We provide several different types of treatments and application methods to combat the various issues that can harm your trees. Each has a unique function and specific purpose. They may be the deciding factor in which a tree flourishes or becomes irrevocably impaired.
Arbor Tech provides a foliar insect control spray application designed to control a wide range of chewing/damaging pests that weaken trees and leave them vulnerable to further damage or disease. A foliar spray is one that is applied to the leaves and flowering parts of trees and shrubs and targets most every insect that feeds on the green and growing parts of trees, inhibiting it’s ability to complete the processes necessary for it to sustain itself.
Pine beetles infest stressed and dying pine trees, where they feed and reproduce in the inner bark. They introduce fungi that plug the tree’s water transport system, hastening the tree’s death. There are several types of pine beetle, but the Southern pine beetle is the most destructive variety, because it attacks both healthy and dying pines and can spread from tree to tree. No insecticides can combat the beetles once they have colonized a pine tree, so an infested tree must be immediately cut down. You can use an insecticide spray to protect your healthy pine trees from being attacked. This application is directed at the main trunk and major branches of the tree, soaking the bark until it is dripping.
Dormant oils are a combination of petroleum oils combined with emulsifying agents. Some dormant oils are also plantbased. Applying dormant oils to fruit trees can prevent diseases such as powdery mildew, and control insect infestations such as spider mites and aphids. Dormant oils are generally safe and effective for use on fruit trees. Dormant oils control insect infestations in two ways. First, applying dormant oils can block the air holes of insects, known as spiracles. This causes the insects to suffocate and die. Another way dormant oils control insects is by poisoning the insect. Dormant oils often change the way the insect feeds and can interfere with the insect’s metabolism. This causes the eventual death of the insect. Insects cannot become resistant to dormant oils.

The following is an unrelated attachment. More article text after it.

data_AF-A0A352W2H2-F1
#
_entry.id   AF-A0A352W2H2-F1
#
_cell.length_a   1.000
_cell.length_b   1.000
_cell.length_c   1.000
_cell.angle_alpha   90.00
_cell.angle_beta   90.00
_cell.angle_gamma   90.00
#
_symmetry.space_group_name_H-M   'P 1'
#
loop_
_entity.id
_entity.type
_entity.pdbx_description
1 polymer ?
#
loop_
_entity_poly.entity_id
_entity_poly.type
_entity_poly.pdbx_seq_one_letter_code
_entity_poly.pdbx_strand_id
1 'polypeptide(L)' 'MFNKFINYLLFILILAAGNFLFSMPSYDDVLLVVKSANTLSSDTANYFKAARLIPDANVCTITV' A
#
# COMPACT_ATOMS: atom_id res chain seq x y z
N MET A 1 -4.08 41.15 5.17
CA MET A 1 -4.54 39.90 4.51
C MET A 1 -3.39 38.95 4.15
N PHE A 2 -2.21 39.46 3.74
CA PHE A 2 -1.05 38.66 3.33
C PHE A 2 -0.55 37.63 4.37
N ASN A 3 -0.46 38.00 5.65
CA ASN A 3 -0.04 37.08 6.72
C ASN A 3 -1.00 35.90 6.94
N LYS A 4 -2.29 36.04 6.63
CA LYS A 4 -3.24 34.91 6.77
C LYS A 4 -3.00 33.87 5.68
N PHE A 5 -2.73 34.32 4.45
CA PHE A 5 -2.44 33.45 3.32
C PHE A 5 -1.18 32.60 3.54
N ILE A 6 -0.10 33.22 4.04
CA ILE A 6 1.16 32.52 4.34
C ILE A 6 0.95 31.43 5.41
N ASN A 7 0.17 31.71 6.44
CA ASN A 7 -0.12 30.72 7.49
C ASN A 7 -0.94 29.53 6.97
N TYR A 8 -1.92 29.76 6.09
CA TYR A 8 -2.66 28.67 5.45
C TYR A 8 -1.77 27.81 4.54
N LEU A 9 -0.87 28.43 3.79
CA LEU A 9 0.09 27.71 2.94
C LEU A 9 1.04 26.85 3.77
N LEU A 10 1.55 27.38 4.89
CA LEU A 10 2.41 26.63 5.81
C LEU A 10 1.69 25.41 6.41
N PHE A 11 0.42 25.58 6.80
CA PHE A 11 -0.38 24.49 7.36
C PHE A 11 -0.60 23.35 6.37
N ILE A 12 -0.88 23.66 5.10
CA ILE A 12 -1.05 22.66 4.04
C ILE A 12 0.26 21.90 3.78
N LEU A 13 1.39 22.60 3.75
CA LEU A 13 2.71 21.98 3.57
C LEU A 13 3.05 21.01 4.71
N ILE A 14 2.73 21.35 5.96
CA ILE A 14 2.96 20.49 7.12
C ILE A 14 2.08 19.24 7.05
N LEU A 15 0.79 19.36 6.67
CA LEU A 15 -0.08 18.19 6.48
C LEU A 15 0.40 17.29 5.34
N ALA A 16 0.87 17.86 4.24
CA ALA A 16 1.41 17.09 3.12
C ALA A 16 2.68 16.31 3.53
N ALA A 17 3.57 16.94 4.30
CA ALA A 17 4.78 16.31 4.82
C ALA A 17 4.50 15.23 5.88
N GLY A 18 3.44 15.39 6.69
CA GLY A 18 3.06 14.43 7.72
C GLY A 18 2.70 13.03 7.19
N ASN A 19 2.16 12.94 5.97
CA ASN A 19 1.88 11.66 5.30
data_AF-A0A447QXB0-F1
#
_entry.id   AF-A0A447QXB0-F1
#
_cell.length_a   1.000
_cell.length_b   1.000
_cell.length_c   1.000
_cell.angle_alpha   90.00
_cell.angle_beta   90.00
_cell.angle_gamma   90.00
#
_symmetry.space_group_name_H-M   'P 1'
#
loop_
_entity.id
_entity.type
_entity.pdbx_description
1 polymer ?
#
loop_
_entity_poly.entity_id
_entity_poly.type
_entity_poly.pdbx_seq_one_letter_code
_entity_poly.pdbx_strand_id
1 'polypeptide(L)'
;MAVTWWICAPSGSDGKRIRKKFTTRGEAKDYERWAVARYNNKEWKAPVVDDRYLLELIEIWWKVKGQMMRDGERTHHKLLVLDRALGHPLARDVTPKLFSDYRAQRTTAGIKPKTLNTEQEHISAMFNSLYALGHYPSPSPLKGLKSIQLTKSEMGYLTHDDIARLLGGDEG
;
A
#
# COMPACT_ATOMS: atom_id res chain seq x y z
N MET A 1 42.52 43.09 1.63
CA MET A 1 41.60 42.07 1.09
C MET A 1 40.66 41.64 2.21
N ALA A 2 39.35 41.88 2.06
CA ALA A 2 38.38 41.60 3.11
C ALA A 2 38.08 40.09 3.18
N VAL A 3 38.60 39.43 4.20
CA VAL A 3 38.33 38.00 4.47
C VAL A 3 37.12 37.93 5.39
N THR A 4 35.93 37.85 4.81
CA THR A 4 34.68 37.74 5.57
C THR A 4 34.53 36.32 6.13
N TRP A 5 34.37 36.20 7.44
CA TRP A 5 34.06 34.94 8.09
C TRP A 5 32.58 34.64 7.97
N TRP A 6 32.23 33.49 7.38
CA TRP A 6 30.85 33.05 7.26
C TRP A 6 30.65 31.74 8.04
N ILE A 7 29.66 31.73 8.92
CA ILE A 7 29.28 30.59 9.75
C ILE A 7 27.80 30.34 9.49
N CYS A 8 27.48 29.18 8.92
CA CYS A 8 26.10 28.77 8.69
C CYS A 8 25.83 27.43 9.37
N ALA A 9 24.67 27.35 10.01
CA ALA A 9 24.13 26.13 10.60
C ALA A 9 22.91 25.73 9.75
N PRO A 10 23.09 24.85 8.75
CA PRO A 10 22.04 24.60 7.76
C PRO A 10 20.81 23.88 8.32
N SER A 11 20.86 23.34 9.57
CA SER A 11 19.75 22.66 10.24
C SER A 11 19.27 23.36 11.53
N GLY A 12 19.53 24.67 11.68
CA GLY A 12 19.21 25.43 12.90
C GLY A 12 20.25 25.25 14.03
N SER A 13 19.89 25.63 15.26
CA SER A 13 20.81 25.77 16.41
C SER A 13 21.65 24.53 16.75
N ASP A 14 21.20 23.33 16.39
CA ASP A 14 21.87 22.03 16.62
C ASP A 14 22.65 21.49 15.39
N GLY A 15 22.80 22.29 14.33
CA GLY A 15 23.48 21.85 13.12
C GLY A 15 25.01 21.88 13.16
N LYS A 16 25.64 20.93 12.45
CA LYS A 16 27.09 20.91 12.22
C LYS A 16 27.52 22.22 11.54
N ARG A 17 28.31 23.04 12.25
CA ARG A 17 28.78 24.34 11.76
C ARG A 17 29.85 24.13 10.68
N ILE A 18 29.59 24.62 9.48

A scale insect problem can be seen on trees in the form of small brown bumps, which look like small oyster shells attached to the branches and trunk of the tree. Over time, the scale ‘shells’ will reproduce and spread over large areas of the tree’s woody branches. The scale gradually attacks the tree by sucking sap and nutrients from the tree and, over time, heavily infected areas will experience dieback. Since scale insects do not move and have no eyes or legs, they are often overlooked as an insect or pathogen. In the spring, small, almost invisible nymphs emerge from under the female shells and move to infect new areas of the tree. This is the only time in the lifecycle of scale that the insect moves. This application is sprayed on the trunk and affected branches of Aspen and Ash trees suffering from infestation.
The pine needle scale is probably the most common armored scale found on conifers in the United States and Canada. The white, oystershellshaped scales can completely cover needles, causing plant discoloration to needle and branch death. This pests prefers pines, especially Scotch and mugho, but it can infest other pines, spruces, firs and Douglasfir. Heavy infestations of pine needle scales remove considerable amounts of plant juices resulting in yellowed needles. From a distance, trees appear frosted or silvery. If heavy infestations are allowed to continue, twigs and branches may die. This scale normally is spread by crawlers being blown from tree to tree. Spread is also more rapid when mature trees begin to touch branches. Scale crawlers may also be spread by birds or animals which roost or brush against trees with active crawlers. Early detection will prohibit spread and reduce the need for extensive spraying.
There are many different types of fungi and they can infect a tree in a variety of ways, depending on the particular fungus. Some fungi live in the soil and attack a tree through the roots. Other fungi are transported on water, such as rain or splashing water from a sprinkler. Still other types of fungi float through the air or even enter the tree on the body of an insect. Curing a tree of fungus is an ongoing, systematic process. Fungi cause tree trunks and branches to decay and can damage large parts of a tree in a short time. Wood becomes weak, and the storage of sapwood is compromised. Oak root fungus, for example, causes a white rot. Another common foliage fungus is powdery mildew, with spores that look like white spots on the surface of leaves. You must kill tree fungi to improve the health of the tree.
This program is set up to provide your fruit trees with a consolidated schedule of prevention and maintenance throughout the season. It is calculated to establish ongoing protection for the tree and its fruit from debilitating insects and their larvae, allowing it to produce ripe and healthy fruit free from the infestation and destruction caused by their presence. Essentially, it gives you the opportunity to finally enjoy your fruit trees.
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